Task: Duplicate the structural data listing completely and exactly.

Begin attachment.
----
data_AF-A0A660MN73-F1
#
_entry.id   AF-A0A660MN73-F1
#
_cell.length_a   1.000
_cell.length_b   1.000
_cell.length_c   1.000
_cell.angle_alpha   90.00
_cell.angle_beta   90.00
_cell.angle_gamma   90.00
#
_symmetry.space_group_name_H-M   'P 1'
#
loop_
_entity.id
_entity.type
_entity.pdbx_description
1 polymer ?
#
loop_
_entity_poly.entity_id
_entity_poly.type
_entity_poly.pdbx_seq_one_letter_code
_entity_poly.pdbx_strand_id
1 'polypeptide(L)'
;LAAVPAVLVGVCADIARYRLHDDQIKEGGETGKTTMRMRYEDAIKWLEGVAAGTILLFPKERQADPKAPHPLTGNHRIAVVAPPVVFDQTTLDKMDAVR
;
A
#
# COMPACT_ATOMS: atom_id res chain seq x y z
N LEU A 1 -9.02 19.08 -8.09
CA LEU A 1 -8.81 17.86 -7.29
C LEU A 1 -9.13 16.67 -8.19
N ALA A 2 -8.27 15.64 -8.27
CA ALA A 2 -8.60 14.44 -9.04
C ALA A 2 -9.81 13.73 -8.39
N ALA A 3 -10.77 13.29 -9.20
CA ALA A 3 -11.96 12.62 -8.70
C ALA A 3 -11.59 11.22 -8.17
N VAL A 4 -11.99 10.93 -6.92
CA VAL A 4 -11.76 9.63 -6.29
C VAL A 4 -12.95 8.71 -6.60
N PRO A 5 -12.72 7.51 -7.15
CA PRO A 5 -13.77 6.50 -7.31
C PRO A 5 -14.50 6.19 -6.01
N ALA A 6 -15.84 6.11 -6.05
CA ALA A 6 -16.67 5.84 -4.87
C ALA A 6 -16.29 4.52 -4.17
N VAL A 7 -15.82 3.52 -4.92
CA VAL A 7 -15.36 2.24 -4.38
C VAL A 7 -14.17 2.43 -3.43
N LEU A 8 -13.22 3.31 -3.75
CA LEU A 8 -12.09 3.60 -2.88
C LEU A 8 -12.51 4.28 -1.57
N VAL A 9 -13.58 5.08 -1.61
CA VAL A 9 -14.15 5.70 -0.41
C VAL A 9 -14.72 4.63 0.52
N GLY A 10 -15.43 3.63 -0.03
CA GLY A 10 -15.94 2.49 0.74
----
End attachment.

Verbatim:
data_AF-A0A660MN73-F1
#
_entry.id   AF-A0A660MN73-F1
#
_cell.length_a   1.000
_cell.length_b   1.000
_cell.length_c   1.000
_cell.angle_alpha   90.00
_cell.angle_beta   90.00
_cell.angle_gamma   90.00
#
_symmetry.space_group_name_H-M   'P 1'
#
loop_
_entity.id
_entity.type
_entity.pdbx_description
1 polymer ?
#
loop_
_entity_poly.entity_id
_entity_poly.type
_entity_poly.pdbx_seq_one_letter_code
_entity_poly.pdbx_strand_id
1 'polypeptide(L)'
;LAAVPAVLVGVCADIARYRLHDDQIKEGGETGKTTMRMRYEDAIKWLEGVAAGTILLFPKERQADPKAPHPLTGNHRIAVVAPPVVFDQTTLDKMDAVR
;
A
#
# COMPACT_ATOMS: atom_id res chain seq x y z
N LEU A 1 -9.02 19.08 -8.09
CA LEU A 1 -8.81 17.86 -7.29
C LEU A 1 -9.13 16.67 -8.19
N ALA A 2 -8.27 15.64 -8.27
CA ALA A 2 -8.60 14.44 -9.04
C ALA A 2 -9.81 13.73 -8.39
N ALA A 3 -10.77 13.29 -9.20
CA ALA A 3 -11.96 12.62 -8.70
C ALA A 3 -11.59 11.22 -8.17
N VAL A 4 -11.99 10.93 -6.92
CA VAL A 4 -11.76 9.63 -6.29
C VAL A 4 -12.95 8.71 -6.60
N PRO A 5 -12.72 7.51 -7.15
CA PRO A 5 -13.77 6.50 -7.31
C PRO A 5 -14.50 6.19 -6.01
N ALA A 6 -15.84 6.11 -6.05
CA ALA A 6 -16.67 5.84 -4.87
C ALA A 6 -16.29 4.52 -4.17
N VAL A 7 -15.82 3.52 -4.92
CA VAL A 7 -15.36 2.24 -4.38
C VAL A 7 -14.17 2.43 -3.43
N LEU A 8 -13.22 3.31 -3.75
CA LEU A 8 -12.09 3.60 -2.88
C LEU A 8 -12.51 4.28 -1.57
N VAL A 9 -13.58 5.08 -1.61
CA VAL A 9 -14.15 5.70 -0.41
C VAL A 9 -14.72 4.63 0.52
N GLY A 10 -15.43 3.63 -0.03
CA GLY A 10 -15.94 2.49 0.74